An OpenSea employee bought NFTs before they were featured on the platform and later sold them at a profit after their value soared.
- Nate Chastain, Head of Product at OpenSea, has come under fire for insider trading of NFTs promoted by the platform.
- On-chain data suggests that Chastain used insider information to trade NFTs when they were promoted and return the profits to his public wallet.
- OpenSea has published a blog post that appears to confirm the accusations, describing the events as “incredibly disappointing.”
Nate Chastain, who heads product development at OpenSea, the largest NFT marketplace in the world, is facing accusations of insider trading from the crypto community.
OpenSea Admits Insider Trading
Nate Chastain, Head of Product at OpenSea, has come under fire for insider trading of NFTs promoted by the platform. Chastain allegedly used confidential information to buy non-fungible tokens (NFTs) before they were promoted on the homepage and sold them at a profit.
When OpenSea promotes an artist on the homepage, the artist’s NFTs tend to jump in value, similar to how tokens often surge after landing a Coinbase listing. It is believed that Chastain had prior knowledge that certain NFTs would be listed on the homepage and used that information to frontrun the rest of the market.
The crypto community first caught onto the activities after Twitter user Zuwu posted a message indicating that they had analyzed on-chain data. Their post accused Chastain of using “a few secret wallets” to buy NFTs ahead of homepage listings. Zuwu and other Twitter users who responded to the thread found that someone had engaged in “flipping” NFTs as they were featured on the homepage and returned the profits to Chastain’s public address commencing 0xa3a4. The same address is registered with the Ethereum Name Service domain natec.eth and owns CryptoPunk #3,501, which Chastain also uses as his Twitter avatar.
Using another address commencing 0x7942, someone thought to be Chastain bought an NFT minutes before they were promoted on OpenSea’s homepage and Twitter account on Sep. 14 then returned the profits to Chastain’s natec.eth address.
The transaction history for the featured NFT, Spectrum Of A Ramenfication by Dailydust, shows that the 0x7942 address bought the pirce for 0.25 ETH at 5:05 UTC on Sep. 14. A few minutes later, OpenSea promoted Dailydust with a preview of Spectrum Of A Ramenfication on its Twitter account.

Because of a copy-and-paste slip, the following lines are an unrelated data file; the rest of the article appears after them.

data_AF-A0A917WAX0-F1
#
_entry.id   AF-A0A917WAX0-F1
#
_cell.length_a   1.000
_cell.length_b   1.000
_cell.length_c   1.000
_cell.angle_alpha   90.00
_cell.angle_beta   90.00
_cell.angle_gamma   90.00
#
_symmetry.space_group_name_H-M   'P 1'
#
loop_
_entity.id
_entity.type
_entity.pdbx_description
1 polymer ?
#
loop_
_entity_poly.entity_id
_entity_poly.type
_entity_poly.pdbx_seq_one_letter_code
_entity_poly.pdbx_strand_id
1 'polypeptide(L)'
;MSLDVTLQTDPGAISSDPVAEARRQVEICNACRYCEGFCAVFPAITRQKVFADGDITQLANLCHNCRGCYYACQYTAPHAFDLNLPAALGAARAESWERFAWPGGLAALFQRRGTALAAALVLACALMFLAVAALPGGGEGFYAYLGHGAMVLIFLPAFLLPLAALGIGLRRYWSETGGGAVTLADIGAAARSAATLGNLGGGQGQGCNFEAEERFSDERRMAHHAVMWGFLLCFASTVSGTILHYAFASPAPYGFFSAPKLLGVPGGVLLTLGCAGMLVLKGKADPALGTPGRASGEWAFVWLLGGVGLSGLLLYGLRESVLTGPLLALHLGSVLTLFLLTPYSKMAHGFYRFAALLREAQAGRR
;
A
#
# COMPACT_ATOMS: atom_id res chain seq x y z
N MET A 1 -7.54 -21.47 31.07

The price of the NFT jumped immediately after the social media post. The 0x7942 address sold the token for 1.5 ETH at 5:26 UTC, making a profit of 500%. The address also bought and sold other NFTs by Dailydust for similar returns. Just four minutes after selling the piece, the address sent 7.1 ETH to natec.eth’s wallet.
Further analysis gathered by BlockBeats and published at 8BTC suggests that Chastain has profited 19 ETH worth around $65,000 from insider trading NFTs on multiple occasions. Moreover, Chastain has previously admitted to buying in-demand artwork by a featured artist; he faced pushback and similar accusations of insider trading at the time.
I just wanted to secure one of these before they all disappeared tbh— Nate Chastain (natec.eth) (@natechastain) August 3, 2021
While some in the crypto community pointed out that Chastain had not had a chance to defend himself following the accusations, OpenSea has since published a blog post confirming that an employee had used insider information to buy items before they were promoted on the website. The announcement read:
“Yesterday we learned that one of our employees purchased items that they knew were set to display on our front page before they appeared there publicly. This is incredibly disappointing.”
The team added that it was conducting an “immediate and thorough” review of this incident, before adding that team members are not permitted to buy or sell NFTs from featured or promoted collections or use confidential information.
Nevertheless, the revelation has raised concerns of centralization and market manipulation. There is also a lack of transparency over the criteria for listing a project on OpenSea’s homepage.
OpenSea has faced criticism from NFT collectors in recent weeks. Some have taken shots at the 2.5% trading fee the platform charges, as well as the search functions and categorizations. Last week, a bug on the platform destroyed $100,000 worth of NFTs. Still, the marketplace is by far the biggest for NFTs by trading volume. It processed $3 billion in volume last month and currently tops the leaderboard for the most ETH burned since EIP-1559.
It remains to be seen how OpenSea will ensure any such incidents do not occur in the future and whether the team has plans to decentralize its governance so that insiders within the company are more accountable.